I start in smiling
and I just can't stop
You on the bottom
Me on top
Many years ago, you could walk along the South Bank from Waterloo to London Bridge and not see a soul. Well, you might have seen me and my colleagues staggering out of the Founders Arms of a lunchtime having had one too many pints, but that was about it. Now it is two long queues – one going downriver, the other up. Truly l'enfer, c'est les autres (sorry JP). Pleasingly though, everybody keeps to the left as they should. A small shimmy to the right (going downstream) however and you’re far from the madding crowd, in the OXO Tower. So called, because this is where Oxo (or bouillon) cubes were first made.
The last time DH were in here was about five years ago when I treated my younger siblings to a meal at Richard Neat’s eponymous gaff. It was nose-bleedingly expensive, not great and didn’t last very long. The restaurant, that is.
I’ve no idea what was here before but it’s now Bincho Yakitori a er…Yakitori joint. Actually, it also does Kushiyaki as well which apparently is any other skewered pieces of flesh. And very dainty little tidbits they are too. Although they all come in at between one and two quid you need to have quite a few to make a meal so the total price mounts up steeper than the slopes of Mount Fuji. It was all pleasant enough but totally unmemorable and ever so slightly reminiscent of an upmarket Wagamama.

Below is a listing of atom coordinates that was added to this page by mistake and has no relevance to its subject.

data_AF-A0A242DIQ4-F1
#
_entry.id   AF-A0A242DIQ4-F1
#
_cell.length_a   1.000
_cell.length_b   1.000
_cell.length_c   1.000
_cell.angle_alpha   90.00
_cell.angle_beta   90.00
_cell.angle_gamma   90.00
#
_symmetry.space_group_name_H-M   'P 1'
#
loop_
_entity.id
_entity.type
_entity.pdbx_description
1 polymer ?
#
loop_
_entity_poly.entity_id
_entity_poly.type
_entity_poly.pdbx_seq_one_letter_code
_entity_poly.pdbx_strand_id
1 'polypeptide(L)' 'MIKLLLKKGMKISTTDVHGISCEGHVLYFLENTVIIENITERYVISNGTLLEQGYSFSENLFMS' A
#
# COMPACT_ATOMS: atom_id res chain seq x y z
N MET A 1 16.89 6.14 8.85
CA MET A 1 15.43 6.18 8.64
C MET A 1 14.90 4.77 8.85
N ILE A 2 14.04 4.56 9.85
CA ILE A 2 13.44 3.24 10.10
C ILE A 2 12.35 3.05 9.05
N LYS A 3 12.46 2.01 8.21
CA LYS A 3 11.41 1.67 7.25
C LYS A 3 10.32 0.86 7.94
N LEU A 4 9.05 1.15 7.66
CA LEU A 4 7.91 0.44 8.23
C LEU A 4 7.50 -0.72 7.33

Standouts were the Koushi no leba which were melting cubes of calves liver with chunks of grilled spring onions, the Shimeji (mushrooms) and the Shishito (peppers) which were similar to Pimientos de Padron (hey, there’s that Japan/Spain connection again). Although £1.50 for four little peppers is pushing it a bit even if they have been cooked on special Bincho charcoal.
The chicken gizzards were quite interesting (the menu states that other chicken parts are available which doesn’t leave too many) and the Unagi (Eel) wasn’t bad. There was a tendency to drown everything in soy which as far as I know may be an authentic way of upping the beer consumption. Best of all was the Hira suzuki (Stone Bass) an accurately grilled piece of fish with a little blob of bean paste on the side.
To drink there were the usual Japanese beers the best of which was the Sapporo Black stout. I also had an interesting sparkling sake Hou Hou Shu which although not a great match for the food – beer’s best here – was quite pleasant and refreshing on what was probably one of the more pleasant days of the English Summer.
The staff were all sweetness and light although I detected a slight sense of frustration after repeatedly turning down their suggestions to try the rice and soup dishes and also one of the more bizarre recs that if I wanted breakfast I could try the Tomatobacon skewer.
I passed on pud, paid up and wandered back down to join the throng on the Southbank. A group of noisy Italian students with identikit rucksacks were blocking the path, a man lazily chucked a can into the Thames. The thought of a few jars of Ram and Special suddenly seemed very appealing…